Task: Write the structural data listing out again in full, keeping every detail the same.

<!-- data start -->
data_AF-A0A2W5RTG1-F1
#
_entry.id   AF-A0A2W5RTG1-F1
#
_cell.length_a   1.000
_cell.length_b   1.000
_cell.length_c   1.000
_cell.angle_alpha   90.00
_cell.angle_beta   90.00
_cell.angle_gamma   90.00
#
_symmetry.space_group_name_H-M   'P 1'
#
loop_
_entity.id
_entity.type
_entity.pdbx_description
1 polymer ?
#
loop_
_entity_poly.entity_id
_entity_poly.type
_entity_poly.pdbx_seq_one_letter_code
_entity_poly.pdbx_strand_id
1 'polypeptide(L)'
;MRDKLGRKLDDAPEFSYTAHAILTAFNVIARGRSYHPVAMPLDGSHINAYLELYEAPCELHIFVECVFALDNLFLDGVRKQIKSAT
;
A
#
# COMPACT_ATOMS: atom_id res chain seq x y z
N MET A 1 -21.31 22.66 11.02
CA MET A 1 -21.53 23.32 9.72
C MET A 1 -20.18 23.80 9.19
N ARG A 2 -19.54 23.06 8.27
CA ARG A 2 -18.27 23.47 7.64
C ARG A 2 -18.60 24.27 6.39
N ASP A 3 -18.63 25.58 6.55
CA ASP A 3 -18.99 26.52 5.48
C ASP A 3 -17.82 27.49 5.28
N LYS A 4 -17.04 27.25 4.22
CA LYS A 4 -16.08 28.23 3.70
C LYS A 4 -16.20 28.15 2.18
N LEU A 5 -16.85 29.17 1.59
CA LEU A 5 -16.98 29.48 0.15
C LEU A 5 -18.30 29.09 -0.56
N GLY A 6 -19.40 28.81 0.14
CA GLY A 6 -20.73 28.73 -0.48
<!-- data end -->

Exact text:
data_AF-A0A2W5RTG1-F1
#
_entry.id   AF-A0A2W5RTG1-F1
#
_cell.length_a   1.000
_cell.length_b   1.000
_cell.length_c   1.000
_cell.angle_alpha   90.00
_cell.angle_beta   90.00
_cell.angle_gamma   90.00
#
_symmetry.space_group_name_H-M   'P 1'
#
loop_
_entity.id
_entity.type
_entity.pdbx_description
1 polymer ?
#
loop_
_entity_poly.entity_id
_entity_poly.type
_entity_poly.pdbx_seq_one_letter_code
_entity_poly.pdbx_strand_id
1 'polypeptide(L)'
;MRDKLGRKLDDAPEFSYTAHAILTAFNVIARGRSYHPVAMPLDGSHINAYLELYEAPCELHIFVECVFALDNLFLDGVRKQIKSAT
;
A
#
# COMPACT_ATOMS: atom_id res chain seq x y z
N MET A 1 -21.31 22.66 11.02
CA MET A 1 -21.53 23.32 9.72
C MET A 1 -20.18 23.80 9.19
N ARG A 2 -19.54 23.06 8.27
CA ARG A 2 -18.27 23.47 7.64
C ARG A 2 -18.60 24.27 6.39
N ASP A 3 -18.63 25.58 6.55
CA ASP A 3 -18.99 26.52 5.48
C ASP A 3 -17.82 27.49 5.28
N LYS A 4 -17.04 27.25 4.22
CA LYS A 4 -16.08 28.23 3.70
C LYS A 4 -16.20 28.15 2.18
N LEU A 5 -16.85 29.17 1.59
CA LEU A 5 -16.98 29.48 0.15
C LEU A 5 -18.30 29.09 -0.56
N GLY A 6 -19.40 28.81 0.14
CA GLY A 6 -20.73 28.73 -0.48